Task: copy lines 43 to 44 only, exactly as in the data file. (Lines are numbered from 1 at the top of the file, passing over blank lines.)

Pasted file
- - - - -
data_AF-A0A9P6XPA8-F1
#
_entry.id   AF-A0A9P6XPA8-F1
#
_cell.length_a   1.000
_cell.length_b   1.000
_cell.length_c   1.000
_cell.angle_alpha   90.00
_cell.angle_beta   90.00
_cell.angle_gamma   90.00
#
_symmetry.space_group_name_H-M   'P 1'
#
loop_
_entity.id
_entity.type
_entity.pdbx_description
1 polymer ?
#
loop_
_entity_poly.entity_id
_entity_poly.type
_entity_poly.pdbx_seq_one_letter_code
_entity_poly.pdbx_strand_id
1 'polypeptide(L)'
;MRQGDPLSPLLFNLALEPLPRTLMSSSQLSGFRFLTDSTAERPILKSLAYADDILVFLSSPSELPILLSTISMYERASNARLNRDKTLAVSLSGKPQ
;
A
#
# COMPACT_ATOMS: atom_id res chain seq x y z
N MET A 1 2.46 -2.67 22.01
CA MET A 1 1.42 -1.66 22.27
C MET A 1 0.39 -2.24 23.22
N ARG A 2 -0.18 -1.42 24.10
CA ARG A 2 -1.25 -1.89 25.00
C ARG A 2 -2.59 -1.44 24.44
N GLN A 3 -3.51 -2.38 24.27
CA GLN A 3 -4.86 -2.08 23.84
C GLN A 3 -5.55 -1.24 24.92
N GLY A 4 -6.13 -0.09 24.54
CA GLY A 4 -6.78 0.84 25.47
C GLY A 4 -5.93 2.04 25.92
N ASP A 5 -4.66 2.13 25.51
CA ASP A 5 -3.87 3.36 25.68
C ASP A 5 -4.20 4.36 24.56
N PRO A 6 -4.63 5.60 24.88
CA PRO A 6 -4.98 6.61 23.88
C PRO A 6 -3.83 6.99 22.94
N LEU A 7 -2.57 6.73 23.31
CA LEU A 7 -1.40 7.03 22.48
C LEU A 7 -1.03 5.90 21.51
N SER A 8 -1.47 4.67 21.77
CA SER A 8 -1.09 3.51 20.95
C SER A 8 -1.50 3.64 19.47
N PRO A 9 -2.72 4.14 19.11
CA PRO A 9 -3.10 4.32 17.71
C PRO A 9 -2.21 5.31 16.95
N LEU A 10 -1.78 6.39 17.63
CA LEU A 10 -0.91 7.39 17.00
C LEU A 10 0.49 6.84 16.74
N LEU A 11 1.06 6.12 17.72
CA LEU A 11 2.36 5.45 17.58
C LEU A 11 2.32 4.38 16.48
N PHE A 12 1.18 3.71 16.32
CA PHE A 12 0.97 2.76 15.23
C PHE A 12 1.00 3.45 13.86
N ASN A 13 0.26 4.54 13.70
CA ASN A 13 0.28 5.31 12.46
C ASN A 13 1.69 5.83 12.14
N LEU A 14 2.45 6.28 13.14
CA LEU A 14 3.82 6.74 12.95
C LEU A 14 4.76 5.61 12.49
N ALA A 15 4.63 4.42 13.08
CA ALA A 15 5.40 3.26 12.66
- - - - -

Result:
N ASP A 5 -4.66 2.13 25.51
CA ASP A 5 -3.87 3.36 25.68